January 15, 2014
Personal Representative - Executor, Administrator or Administrator with Will Annexed
Using the appropriate term is important in law. While certain terms are inter-changeable, e.g. president and chief executive, other legal terms are not so flexible. For instance, in the probate context, the person entrusted with administering a decedent's estate, the personal representative, can have multiple labels but each label derives from a particular circumstance.
The term "personal representative" means "executor, administrator, administrator with the will annexed, special administrator, successor personal representative, public administrator acting pursuant to Section 7660, or a person who performs substantially the same function under the law of another jurisdiction governing the person’s status."Prob C § 58(a).
Three common labels in terms of describing a personal representative are (1) executor, (2) administrator and (3) administrator with the will annexed. As mentioned, each of these terms relate to a specific situation that allows the person to serve as the personal representative albeit from different routes.
The executor is the person named in the will to administer the estate.
When appointed, the executor is provided letters testamentary.
Still, the executor must be appointed by the court in order to serve as the executor. It is not automatic that the executor will be appointed. For example, the proposed executor may have predeceased the decedent, is unable to be located or lacks the competency to handle the rigors of probate.
This is probably the term the general public has the most familiarity with out of the three terms. Furthermore, many people erroneously conflate the term "executor" and "trustee" though the former relates to a will and the latter relates to a trust. While the roles entail similar duties they are nonetheless mutually exclusive terms.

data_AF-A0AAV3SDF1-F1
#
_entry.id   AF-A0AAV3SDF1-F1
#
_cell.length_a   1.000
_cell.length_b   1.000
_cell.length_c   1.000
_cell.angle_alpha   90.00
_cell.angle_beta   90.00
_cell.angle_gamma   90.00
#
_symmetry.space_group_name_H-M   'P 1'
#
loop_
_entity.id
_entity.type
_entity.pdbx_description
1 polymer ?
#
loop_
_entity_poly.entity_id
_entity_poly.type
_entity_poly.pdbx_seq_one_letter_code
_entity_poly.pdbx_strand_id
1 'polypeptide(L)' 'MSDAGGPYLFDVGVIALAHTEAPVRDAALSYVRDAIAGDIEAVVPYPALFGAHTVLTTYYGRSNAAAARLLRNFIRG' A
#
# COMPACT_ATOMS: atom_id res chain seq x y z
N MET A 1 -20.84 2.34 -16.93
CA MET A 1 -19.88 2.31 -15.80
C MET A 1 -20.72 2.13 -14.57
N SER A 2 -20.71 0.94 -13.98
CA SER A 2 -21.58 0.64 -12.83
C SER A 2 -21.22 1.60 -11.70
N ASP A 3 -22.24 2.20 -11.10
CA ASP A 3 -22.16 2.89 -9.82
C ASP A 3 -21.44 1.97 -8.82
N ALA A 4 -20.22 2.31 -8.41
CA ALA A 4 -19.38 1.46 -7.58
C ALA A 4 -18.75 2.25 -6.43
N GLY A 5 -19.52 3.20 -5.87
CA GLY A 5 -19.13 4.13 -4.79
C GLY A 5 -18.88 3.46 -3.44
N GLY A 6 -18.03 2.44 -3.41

The administrator is the person who administers the estate when the decedent died intestate, i.e. without a will.
When appointed, the administrator is provided with letters of administration.
Typically the administrator is the child of the decedent because they are an heir and therefore have priority to be named administrator. From personal experience, a probate case I had last year involved an intestate decedent who was survived by her children. Whereas the daughter was the only child interested in handling her mother's probate, she was appointed administrator.
Administrator with the Will Annexed
The administrator with the will annexed is the person who administers the estate because no executor was named in the will or the proposed executor(s) decline to act.
When appointed, the administrator is provided with letters of administration with will annexed.
This can be seen as a hybrid of the first two because a will has been written but nobody, for whatever reason, can serve as the executor. Hence, the administrator is selected by who has priority via intestate succession, i.e. next of kin, as in the case of an administrator. Prob C §§8441, 8461.
The use of the correct term when describing the personal representative is important because when a client calls with a question about probate, their title can provide quick insight into their situation. For example, if a client says they are the executor, then I immediately know that there is a will.